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Teachers' notes

Horrockses Yard Works

Look at this picture full screen and then see if you can answer the questions below. Horrockses Yard Works was one of the largest cotton mills in Preston in Victorian times.

  • Can you see any men in the photograph?
  • How old do you think the girl at the front would be?
  • Look at the machinery. How do you think a child would feel working at the mill?
  • What do you think they make at the mill?
  • What do you think you would be able to hear, smell, feel, see and taste in this mill?
  • How could you communicate with your workmates if it was too noisy to talk in the mill?

In the Victorian School & Work Documents PDF you can see a copy of a census form of 1861 showing the kinds of jobs people did in the mill at that time. In the  Victorian School & Work Activities PDF there is a glossary of mill jobs.

Background Information

John Horrocks, founder of Horrockses cotton manufacturers, was
born in 1768 and established the first weaving sheds in Preston in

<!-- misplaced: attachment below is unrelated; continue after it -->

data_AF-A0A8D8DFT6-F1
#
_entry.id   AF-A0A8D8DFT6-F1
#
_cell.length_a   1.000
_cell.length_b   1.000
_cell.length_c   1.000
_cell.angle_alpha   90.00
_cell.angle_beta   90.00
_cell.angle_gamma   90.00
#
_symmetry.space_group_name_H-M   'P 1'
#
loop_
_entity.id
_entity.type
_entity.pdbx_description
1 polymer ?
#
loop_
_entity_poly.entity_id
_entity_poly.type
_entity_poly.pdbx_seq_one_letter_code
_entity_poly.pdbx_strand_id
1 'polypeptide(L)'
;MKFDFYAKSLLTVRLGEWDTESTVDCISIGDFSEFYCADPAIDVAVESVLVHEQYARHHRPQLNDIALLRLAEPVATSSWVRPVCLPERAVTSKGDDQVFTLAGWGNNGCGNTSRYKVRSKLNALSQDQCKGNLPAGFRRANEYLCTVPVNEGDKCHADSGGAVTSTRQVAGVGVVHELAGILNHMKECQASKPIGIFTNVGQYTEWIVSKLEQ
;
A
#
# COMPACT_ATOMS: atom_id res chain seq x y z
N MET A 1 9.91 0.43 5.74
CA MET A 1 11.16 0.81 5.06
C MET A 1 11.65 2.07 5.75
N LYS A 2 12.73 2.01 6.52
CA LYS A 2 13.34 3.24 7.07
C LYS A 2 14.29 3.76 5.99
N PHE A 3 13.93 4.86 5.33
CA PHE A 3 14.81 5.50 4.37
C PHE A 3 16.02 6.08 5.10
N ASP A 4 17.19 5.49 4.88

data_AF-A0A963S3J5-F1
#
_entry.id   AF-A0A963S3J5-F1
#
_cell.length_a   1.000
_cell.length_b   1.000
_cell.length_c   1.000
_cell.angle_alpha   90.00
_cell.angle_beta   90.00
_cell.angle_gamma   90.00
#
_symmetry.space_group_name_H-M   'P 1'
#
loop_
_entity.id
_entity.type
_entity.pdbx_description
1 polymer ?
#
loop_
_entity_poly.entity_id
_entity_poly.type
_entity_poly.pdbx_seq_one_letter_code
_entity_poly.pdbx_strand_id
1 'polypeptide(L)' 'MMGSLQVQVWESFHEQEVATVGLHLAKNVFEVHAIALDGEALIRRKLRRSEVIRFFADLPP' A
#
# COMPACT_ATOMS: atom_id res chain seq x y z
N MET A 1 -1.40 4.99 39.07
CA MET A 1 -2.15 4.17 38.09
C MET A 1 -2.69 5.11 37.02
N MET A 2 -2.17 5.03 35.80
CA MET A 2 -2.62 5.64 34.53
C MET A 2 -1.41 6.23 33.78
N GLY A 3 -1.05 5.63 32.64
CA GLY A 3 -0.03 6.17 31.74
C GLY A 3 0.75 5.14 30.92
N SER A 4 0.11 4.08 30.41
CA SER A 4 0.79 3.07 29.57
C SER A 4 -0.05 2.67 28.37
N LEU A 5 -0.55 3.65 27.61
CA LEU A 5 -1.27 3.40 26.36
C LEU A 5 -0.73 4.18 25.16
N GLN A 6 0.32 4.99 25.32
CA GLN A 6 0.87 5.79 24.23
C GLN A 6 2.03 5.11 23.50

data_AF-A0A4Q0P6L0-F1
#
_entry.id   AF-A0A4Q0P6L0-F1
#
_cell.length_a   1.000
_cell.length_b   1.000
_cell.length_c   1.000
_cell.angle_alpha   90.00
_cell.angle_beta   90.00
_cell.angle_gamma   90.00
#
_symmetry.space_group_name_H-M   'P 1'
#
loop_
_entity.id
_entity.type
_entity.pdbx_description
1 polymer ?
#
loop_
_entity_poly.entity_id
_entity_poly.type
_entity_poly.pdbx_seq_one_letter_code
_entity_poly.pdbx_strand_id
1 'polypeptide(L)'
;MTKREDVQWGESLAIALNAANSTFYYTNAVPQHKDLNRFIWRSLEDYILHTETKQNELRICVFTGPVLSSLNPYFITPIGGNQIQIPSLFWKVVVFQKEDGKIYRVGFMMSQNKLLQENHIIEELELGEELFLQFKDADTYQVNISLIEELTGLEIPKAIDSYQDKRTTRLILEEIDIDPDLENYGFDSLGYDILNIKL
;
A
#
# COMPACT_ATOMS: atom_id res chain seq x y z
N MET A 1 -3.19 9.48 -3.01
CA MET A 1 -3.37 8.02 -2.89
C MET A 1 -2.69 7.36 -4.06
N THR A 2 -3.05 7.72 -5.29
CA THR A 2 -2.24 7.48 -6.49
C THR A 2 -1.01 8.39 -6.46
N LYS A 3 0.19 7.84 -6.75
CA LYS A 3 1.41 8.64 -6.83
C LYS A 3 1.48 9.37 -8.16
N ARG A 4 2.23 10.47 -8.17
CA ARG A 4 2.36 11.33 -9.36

1800. The Yard Works and Centenary Mill were the largest mills,
although there were many other smaller mills owned by other
companies throughout the town. The rise of the cotton mill changed
the landscape and lifestyle of Lancashire towns throughout the
Victorian era.

The mills were very noisy and dangerous places to work due to the
machinery. The workers developed a system of sign language to
communicate with each other over the din of the machinery. The
mills were also very hot and humid places as this climate kept the
cotton in good condition. Many people became ill with respiratory
and lung conditions caused by breathing in the cotton dust.
The majority of employees were women and children who worked
long hours. It was common for adults to work for around 12 to 14
hours a day, and half a day on Saturday, with children working
around 6-10 hours a day, with the possibility of time in school on top
of that. Despite the long hours and poor conditions, mill workers
were generally better paid than other members of the working class.

The last mills in Preston were built during the 1890s and early 1900s.
The industry went into decline after the Second World War and
cotton ceased to be manufactured in Preston in the 1960s when
Horrockses was sold off. Cotton could now be produced and
imported more cheaply in Asian countries such as India. Man made,
synthetic materials were also becoming more popular than cotton.
Weavers at their looms in the cotton mill